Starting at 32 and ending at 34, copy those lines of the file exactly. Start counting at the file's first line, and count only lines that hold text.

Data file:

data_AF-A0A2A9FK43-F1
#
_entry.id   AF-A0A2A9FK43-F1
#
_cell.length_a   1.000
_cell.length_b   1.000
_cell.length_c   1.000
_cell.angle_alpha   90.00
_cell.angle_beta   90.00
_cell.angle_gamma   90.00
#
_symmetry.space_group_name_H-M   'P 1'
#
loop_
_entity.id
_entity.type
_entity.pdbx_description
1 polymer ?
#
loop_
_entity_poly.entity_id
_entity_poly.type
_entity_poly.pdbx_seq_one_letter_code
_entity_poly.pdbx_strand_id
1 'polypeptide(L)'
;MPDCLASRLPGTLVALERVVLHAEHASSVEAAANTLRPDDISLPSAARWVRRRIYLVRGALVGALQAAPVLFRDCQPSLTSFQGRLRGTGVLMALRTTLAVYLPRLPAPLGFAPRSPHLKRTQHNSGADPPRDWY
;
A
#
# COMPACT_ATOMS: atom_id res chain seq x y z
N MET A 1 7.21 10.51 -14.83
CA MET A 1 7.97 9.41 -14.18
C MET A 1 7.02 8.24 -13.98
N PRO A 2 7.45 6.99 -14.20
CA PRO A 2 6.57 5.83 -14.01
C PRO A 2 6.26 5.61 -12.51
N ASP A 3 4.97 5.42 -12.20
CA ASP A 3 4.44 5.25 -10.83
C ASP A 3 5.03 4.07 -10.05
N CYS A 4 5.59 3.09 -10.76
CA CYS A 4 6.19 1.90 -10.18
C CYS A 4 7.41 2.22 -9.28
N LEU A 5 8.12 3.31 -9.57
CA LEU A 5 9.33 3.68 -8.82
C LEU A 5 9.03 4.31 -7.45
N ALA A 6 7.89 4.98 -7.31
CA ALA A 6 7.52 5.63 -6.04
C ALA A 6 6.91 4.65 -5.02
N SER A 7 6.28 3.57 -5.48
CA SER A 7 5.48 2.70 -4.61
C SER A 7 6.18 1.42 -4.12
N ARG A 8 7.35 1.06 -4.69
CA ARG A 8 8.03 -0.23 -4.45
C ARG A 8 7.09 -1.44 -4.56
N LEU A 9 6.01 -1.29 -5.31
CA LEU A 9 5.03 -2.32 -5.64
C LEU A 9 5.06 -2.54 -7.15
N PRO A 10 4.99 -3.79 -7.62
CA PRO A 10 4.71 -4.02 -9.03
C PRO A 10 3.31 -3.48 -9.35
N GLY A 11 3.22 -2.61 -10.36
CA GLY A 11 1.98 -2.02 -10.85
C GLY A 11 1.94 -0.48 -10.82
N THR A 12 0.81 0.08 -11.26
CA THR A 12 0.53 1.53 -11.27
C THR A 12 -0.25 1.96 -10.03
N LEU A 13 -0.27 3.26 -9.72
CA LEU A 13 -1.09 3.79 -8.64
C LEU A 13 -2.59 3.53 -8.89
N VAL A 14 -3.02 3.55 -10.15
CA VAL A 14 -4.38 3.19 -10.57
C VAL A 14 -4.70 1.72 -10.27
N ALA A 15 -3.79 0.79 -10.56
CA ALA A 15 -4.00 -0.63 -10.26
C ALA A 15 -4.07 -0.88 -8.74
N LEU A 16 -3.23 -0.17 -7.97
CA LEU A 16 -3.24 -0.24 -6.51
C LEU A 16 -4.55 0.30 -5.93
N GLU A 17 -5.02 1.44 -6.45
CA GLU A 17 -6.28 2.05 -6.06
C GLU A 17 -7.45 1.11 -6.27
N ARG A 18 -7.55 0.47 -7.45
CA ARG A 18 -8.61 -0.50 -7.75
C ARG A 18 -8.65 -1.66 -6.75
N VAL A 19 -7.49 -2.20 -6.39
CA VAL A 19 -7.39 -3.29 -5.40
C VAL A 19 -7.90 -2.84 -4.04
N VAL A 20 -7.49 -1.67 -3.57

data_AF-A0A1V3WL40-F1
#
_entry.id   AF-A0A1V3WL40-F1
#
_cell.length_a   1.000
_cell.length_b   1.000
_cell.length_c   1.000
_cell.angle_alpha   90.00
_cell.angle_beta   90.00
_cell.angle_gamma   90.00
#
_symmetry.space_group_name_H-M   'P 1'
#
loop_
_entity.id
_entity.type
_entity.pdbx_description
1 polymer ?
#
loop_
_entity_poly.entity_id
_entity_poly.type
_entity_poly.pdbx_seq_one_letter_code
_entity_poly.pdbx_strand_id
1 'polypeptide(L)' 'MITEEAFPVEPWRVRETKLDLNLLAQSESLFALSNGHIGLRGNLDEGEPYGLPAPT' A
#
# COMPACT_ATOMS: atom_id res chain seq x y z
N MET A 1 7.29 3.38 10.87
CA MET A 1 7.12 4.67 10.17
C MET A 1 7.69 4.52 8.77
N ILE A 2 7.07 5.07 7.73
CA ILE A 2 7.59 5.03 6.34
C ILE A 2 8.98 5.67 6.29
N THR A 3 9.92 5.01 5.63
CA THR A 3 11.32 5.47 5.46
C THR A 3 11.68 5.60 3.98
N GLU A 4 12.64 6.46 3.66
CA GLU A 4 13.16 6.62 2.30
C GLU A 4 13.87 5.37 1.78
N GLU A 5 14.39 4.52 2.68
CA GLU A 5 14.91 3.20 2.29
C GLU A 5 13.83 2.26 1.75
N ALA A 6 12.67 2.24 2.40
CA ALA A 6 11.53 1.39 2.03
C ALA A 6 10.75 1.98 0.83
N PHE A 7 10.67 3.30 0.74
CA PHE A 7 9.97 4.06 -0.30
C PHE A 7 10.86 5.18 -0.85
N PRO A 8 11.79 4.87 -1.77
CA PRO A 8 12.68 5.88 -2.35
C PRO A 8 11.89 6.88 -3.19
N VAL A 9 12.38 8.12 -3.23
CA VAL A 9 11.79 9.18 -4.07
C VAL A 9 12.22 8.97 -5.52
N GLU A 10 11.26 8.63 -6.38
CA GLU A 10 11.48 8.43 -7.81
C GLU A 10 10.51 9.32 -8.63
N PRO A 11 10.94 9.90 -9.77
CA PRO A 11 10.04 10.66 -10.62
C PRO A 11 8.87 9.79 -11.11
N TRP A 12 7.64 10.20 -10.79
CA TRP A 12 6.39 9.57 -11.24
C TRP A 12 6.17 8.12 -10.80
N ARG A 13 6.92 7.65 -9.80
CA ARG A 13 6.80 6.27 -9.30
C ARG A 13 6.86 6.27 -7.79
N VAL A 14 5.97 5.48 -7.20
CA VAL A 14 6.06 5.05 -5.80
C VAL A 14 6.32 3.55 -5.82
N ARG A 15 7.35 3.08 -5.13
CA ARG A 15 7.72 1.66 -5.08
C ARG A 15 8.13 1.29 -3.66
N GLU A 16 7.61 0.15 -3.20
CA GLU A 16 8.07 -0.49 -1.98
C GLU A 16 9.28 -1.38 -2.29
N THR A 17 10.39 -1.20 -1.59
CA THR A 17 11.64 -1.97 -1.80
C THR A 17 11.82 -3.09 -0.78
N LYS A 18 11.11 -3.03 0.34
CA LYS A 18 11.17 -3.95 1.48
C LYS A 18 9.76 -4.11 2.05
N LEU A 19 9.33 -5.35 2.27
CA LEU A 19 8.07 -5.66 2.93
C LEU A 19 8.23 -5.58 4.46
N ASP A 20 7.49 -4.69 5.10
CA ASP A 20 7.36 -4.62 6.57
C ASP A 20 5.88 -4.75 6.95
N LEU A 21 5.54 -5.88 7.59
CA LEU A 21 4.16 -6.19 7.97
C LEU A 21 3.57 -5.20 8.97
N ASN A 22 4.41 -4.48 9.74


CA MET A 1 7.97 9.41 -14.18
C MET A 1 7.02 8.24 -13.98
N PRO A 2 7.45 6.99 -14.20